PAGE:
Spanish stocks rebounded Thursday while the pressure on the country's government bonds eased, as investors reacted positively to the government's confirmation that it will nationalize the country's fourth largest bank.
MADRID (AP) -- Spanish stocks rebounded Thursday while the pressure on the country's government bonds eased, as investors reacted positively to the government's confirmation that it will nationalize the country's fourth largest bank....
The overnight session started with more weakness out of Asia, where chatter that the BOJ may end up doing nothing despite all the trial balloons (as we hinted yesterday), sent the USDJPY sliding, pushing the Nikkei lower, leading to a 7th consecutive decline in the Topix, the longest such stretch since 2014 even though the BOJ is now actively buying a record amount of ETFs. However, the modest dip in S&P futures and European stocks proved too much for BTFD algos, and risk promptly rebounded.
European, Asian stocks and S&P futures all fell in another quiet, low-volume early session. With oil entering a bull market yesterday (after sliding into a bear market just weeks ago), and set for its longest run of gains in 4 years after, overnight crude stumbled, and reversed early gains, falling for the first time in seven days driven by rebound in the dollar which gained versus all G-10 currencies with commodity currencies underperforming.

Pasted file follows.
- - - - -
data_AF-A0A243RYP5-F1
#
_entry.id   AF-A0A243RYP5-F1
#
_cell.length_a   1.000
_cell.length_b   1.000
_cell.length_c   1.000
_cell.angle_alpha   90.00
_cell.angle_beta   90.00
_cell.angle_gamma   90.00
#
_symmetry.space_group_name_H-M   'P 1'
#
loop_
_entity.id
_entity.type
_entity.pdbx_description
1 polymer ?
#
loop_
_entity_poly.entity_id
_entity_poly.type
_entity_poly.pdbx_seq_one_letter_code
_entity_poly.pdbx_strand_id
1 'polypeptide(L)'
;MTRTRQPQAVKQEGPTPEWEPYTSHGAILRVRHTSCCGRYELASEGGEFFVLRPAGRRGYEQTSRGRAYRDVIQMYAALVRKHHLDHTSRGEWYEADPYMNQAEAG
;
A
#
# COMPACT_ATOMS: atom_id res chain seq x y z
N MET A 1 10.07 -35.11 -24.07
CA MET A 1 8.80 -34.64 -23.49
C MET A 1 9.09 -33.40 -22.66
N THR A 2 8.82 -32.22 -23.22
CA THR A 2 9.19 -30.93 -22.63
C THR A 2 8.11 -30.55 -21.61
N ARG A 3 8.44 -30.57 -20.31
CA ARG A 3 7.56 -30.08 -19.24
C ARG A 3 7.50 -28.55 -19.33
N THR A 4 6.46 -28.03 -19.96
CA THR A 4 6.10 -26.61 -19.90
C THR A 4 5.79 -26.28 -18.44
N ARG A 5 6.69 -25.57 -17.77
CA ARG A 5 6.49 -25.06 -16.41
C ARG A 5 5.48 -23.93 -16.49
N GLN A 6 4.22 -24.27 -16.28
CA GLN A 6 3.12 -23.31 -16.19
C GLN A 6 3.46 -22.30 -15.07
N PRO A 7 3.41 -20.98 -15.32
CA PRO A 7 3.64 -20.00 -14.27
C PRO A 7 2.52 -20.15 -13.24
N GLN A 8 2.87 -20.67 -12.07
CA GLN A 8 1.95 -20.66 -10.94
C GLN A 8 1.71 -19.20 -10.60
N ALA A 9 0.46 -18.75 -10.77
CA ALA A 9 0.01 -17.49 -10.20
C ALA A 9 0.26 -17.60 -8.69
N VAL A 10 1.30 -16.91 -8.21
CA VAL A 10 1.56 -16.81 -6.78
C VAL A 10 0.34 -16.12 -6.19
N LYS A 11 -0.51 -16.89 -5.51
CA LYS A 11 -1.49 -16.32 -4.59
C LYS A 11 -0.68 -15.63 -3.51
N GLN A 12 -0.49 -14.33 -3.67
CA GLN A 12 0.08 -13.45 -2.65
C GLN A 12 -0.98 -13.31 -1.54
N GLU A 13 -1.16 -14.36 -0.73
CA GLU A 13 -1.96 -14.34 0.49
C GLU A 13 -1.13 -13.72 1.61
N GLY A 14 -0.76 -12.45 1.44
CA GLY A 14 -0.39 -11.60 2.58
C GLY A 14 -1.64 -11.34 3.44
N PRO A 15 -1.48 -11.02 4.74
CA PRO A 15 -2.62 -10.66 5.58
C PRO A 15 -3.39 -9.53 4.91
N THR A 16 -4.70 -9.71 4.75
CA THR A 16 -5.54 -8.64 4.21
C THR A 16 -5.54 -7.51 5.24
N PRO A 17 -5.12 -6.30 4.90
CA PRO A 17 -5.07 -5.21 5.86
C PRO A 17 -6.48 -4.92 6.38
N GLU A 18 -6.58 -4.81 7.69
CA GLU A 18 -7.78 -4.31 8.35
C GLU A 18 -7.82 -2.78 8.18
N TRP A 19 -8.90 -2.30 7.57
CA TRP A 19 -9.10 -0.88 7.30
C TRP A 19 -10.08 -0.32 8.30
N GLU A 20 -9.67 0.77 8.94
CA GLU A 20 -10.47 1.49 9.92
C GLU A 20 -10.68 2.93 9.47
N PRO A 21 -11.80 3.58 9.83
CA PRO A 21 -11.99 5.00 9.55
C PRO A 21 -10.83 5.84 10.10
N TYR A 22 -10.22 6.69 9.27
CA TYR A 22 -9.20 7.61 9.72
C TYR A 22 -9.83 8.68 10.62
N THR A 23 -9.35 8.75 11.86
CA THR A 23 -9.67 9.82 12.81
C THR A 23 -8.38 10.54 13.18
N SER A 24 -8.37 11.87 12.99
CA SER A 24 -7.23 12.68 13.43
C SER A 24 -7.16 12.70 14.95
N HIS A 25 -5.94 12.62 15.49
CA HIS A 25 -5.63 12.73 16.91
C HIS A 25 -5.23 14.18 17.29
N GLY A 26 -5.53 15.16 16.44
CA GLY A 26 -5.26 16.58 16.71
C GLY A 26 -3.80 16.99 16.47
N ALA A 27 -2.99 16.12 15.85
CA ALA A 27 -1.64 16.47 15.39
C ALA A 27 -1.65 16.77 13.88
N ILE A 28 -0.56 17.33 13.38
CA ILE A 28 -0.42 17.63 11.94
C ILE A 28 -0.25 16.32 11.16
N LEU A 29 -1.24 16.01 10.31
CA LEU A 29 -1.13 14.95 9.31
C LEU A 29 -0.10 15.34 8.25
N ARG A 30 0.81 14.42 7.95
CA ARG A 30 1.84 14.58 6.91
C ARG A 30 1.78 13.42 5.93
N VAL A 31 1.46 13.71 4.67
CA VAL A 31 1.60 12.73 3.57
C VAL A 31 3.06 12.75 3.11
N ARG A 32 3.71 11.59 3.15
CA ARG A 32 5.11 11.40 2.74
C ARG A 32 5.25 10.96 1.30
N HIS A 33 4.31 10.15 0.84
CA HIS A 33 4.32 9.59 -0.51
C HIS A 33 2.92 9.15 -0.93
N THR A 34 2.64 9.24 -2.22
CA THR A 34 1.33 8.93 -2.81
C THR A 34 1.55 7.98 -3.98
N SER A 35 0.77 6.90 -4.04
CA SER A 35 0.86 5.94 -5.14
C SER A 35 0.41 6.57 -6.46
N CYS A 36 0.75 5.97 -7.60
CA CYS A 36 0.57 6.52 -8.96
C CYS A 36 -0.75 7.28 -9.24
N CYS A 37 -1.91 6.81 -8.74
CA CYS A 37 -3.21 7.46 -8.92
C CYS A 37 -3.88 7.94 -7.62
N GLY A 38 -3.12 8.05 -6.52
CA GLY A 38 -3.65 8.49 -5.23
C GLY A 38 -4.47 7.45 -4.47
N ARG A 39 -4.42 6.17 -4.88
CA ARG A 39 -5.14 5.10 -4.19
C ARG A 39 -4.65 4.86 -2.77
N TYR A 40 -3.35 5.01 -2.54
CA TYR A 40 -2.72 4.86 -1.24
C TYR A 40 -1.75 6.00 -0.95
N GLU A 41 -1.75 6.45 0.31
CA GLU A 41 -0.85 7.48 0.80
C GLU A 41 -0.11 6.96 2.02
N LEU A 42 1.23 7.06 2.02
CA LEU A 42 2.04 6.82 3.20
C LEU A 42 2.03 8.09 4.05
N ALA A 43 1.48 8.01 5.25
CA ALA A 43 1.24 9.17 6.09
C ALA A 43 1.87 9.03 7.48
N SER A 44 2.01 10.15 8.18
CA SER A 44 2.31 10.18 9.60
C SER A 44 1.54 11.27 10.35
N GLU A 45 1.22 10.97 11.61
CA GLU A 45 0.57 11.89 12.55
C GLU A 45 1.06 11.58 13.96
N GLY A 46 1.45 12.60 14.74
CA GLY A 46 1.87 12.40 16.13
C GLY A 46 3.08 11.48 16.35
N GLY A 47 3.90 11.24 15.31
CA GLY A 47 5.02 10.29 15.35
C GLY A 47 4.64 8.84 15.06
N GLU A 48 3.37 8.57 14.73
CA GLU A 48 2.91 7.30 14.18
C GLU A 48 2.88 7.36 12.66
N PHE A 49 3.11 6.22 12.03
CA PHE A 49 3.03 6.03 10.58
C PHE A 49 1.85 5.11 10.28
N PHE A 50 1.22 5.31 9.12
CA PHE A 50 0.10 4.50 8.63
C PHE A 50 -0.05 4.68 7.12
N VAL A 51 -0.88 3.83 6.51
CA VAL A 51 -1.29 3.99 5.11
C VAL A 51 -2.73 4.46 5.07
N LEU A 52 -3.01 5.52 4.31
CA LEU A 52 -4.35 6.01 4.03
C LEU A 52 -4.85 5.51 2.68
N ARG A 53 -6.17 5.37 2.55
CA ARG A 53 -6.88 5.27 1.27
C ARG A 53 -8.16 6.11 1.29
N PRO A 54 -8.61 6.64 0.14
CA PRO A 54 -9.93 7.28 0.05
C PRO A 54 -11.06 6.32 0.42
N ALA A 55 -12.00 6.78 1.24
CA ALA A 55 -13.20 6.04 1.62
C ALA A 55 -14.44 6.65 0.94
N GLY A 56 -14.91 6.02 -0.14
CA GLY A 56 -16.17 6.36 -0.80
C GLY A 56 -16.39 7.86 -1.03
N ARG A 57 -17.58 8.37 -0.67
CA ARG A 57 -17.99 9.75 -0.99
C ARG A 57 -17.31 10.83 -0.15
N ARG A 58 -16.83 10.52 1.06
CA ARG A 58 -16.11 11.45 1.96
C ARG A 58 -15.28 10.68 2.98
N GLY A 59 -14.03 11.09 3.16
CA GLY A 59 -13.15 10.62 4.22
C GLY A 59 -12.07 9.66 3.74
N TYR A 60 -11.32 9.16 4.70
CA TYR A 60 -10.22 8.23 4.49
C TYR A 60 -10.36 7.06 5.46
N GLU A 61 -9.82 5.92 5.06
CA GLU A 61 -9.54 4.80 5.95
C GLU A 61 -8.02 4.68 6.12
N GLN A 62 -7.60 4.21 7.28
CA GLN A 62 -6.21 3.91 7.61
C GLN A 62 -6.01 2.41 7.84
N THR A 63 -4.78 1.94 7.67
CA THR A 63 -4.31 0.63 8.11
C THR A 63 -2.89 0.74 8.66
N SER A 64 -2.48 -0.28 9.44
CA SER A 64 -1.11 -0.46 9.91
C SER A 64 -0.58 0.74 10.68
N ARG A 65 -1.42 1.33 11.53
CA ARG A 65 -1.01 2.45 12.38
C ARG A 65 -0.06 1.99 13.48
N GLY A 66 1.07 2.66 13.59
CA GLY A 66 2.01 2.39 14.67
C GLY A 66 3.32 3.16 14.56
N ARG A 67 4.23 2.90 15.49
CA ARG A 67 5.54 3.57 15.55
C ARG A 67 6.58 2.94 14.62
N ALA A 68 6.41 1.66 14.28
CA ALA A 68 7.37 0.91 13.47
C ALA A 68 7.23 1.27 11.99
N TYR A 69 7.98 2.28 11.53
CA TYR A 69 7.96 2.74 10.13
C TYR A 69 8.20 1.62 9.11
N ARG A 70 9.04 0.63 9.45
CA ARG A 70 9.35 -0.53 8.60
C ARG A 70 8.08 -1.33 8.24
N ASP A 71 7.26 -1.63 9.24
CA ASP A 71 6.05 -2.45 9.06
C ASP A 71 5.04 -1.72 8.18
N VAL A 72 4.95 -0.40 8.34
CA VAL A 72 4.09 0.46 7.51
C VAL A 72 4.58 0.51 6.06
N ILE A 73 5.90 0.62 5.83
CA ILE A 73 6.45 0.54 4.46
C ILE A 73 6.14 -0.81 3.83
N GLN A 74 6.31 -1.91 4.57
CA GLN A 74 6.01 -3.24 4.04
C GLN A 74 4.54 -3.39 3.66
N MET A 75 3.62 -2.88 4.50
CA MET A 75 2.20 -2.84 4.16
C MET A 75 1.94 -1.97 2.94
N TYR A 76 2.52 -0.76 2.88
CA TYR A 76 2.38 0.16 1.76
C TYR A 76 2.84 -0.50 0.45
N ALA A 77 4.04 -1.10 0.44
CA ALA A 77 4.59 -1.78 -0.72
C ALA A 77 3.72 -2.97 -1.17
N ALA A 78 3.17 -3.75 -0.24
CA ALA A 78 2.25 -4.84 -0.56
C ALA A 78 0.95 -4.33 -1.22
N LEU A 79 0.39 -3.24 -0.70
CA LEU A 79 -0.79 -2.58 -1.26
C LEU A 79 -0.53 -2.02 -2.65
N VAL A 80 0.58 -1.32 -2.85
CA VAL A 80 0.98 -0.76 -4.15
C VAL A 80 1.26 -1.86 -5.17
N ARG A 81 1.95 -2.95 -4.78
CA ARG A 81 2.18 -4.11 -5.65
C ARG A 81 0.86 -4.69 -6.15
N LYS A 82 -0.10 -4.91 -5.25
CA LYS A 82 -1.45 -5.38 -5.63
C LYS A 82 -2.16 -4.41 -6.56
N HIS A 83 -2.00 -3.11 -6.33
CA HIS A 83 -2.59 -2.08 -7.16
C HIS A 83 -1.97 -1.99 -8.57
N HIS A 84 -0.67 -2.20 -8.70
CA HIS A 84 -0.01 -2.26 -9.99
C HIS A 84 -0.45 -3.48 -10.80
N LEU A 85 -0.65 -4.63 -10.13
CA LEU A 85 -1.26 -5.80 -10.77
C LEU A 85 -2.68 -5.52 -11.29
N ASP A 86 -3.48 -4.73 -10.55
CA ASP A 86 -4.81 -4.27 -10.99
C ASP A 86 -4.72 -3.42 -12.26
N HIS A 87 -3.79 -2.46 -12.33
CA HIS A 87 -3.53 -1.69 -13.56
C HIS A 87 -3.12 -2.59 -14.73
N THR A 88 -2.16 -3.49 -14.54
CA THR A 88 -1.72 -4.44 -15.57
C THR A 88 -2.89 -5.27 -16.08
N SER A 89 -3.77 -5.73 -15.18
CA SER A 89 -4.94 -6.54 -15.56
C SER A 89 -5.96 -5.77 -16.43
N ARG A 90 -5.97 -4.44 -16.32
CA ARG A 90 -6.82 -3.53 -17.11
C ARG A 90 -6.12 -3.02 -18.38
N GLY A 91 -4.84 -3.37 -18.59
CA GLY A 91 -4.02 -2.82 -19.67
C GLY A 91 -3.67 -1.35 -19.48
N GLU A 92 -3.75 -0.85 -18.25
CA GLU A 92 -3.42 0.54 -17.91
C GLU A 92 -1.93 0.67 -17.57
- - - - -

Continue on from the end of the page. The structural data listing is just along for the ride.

MUMBAI: Government bonds (G-Secs) prices rebounded smartly, breaking a two-session downtrend following fresh demand from corporates and retail investors. Interbank call money market, however remained lackluster due to mute demand from borrowing banks in the face of high liquidity movement in the system. The 7.59 per cent government security maturing in 2026 rose to Rs 100.90 from Rs 100.78 earlier, while its yield softened to 7.46 per from 7.47 per cent.
I continue to see many bloggers suggesting that bank nationalization is a fait accompli and that anyone who isn't on board right now is in denial. It is far less common that bloggers give serious consideration to the difference between a bank and a bank holding company. In fact I usually don't see that critical distinction mentioned at all.
I believe that bank nationalization is now very likely. It may even be desirable. The term nationalization, however, clouds judgment on both sides of the debate. It's better to think of what we want to do as bankruptcy. Many of the major banks are insolvent. When the liabilities of an ordinary firm exceed its assets the firm enters one of a variety of types of bankruptcy procedure during which management is often removed, the firm is sold or reorgani